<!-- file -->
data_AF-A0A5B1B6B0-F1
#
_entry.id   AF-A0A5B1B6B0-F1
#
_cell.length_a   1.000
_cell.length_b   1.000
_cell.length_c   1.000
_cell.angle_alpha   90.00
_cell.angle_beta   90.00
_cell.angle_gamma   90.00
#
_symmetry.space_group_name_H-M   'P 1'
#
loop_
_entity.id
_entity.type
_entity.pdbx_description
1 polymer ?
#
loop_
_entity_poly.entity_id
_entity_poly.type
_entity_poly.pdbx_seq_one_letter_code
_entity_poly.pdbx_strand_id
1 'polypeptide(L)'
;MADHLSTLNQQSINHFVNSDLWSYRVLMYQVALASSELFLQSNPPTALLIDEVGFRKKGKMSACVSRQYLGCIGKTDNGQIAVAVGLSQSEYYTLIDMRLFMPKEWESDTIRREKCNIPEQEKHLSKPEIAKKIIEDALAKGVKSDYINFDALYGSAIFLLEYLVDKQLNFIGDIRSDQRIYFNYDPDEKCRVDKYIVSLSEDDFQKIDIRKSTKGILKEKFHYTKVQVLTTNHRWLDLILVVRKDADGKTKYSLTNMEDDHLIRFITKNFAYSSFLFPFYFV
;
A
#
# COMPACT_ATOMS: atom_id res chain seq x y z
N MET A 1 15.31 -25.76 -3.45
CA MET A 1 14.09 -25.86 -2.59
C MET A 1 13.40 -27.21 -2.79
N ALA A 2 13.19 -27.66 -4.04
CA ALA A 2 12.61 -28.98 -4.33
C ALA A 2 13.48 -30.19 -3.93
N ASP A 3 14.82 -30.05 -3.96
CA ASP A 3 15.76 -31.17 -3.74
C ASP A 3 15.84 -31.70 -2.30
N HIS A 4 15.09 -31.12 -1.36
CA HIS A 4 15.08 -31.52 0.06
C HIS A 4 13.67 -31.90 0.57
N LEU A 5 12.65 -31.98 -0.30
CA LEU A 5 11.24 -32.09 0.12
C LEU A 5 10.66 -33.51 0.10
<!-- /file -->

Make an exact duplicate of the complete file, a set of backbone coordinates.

data_AF-A0A5B1B6B0-F1
#
_entry.id   AF-A0A5B1B6B0-F1
#
_cell.length_a   1.000
_cell.length_b   1.000
_cell.length_c   1.000
_cell.angle_alpha   90.00
_cell.angle_beta   90.00
_cell.angle_gamma   90.00
#
_symmetry.space_group_name_H-M   'P 1'
#
loop_
_entity.id
_entity.type
_entity.pdbx_description
1 polymer ?
#
loop_
_entity_poly.entity_id
_entity_poly.type
_entity_poly.pdbx_seq_one_letter_code
_entity_poly.pdbx_strand_id
1 'polypeptide(L)'
;MADHLSTLNQQSINHFVNSDLWSYRVLMYQVALASSELFLQSNPPTALLIDEVGFRKKGKMSACVSRQYLGCIGKTDNGQIAVAVGLSQSEYYTLIDMRLFMPKEWESDTIRREKCNIPEQEKHLSKPEIAKKIIEDALAKGVKSDYINFDALYGSAIFLLEYLVDKQLNFIGDIRSDQRIYFNYDPDEKCRVDKYIVSLSEDDFQKIDIRKSTKGILKEKFHYTKVQVLTTNHRWLDLILVVRKDADGKTKYSLTNMEDDHLIRFITKNFAYSSFLFPFYFV
;
A
#
# COMPACT_ATOMS: atom_id res chain seq x y z
N MET A 1 15.31 -25.76 -3.45
CA MET A 1 14.09 -25.86 -2.59
C MET A 1 13.40 -27.21 -2.79
N ALA A 2 13.19 -27.66 -4.04
CA ALA A 2 12.61 -28.98 -4.33
C ALA A 2 13.48 -30.19 -3.93
N ASP A 3 14.82 -30.05 -3.96
CA ASP A 3 15.76 -31.17 -3.74
C ASP A 3 15.84 -31.70 -2.30
N HIS A 4 15.09 -31.12 -1.36
CA HIS A 4 15.08 -31.52 0.06
C HIS A 4 13.67 -31.90 0.57
N LEU A 5 12.65 -31.98 -0.30
CA LEU A 5 11.24 -32.09 0.12
C LEU A 5 10.66 -33.51 0.10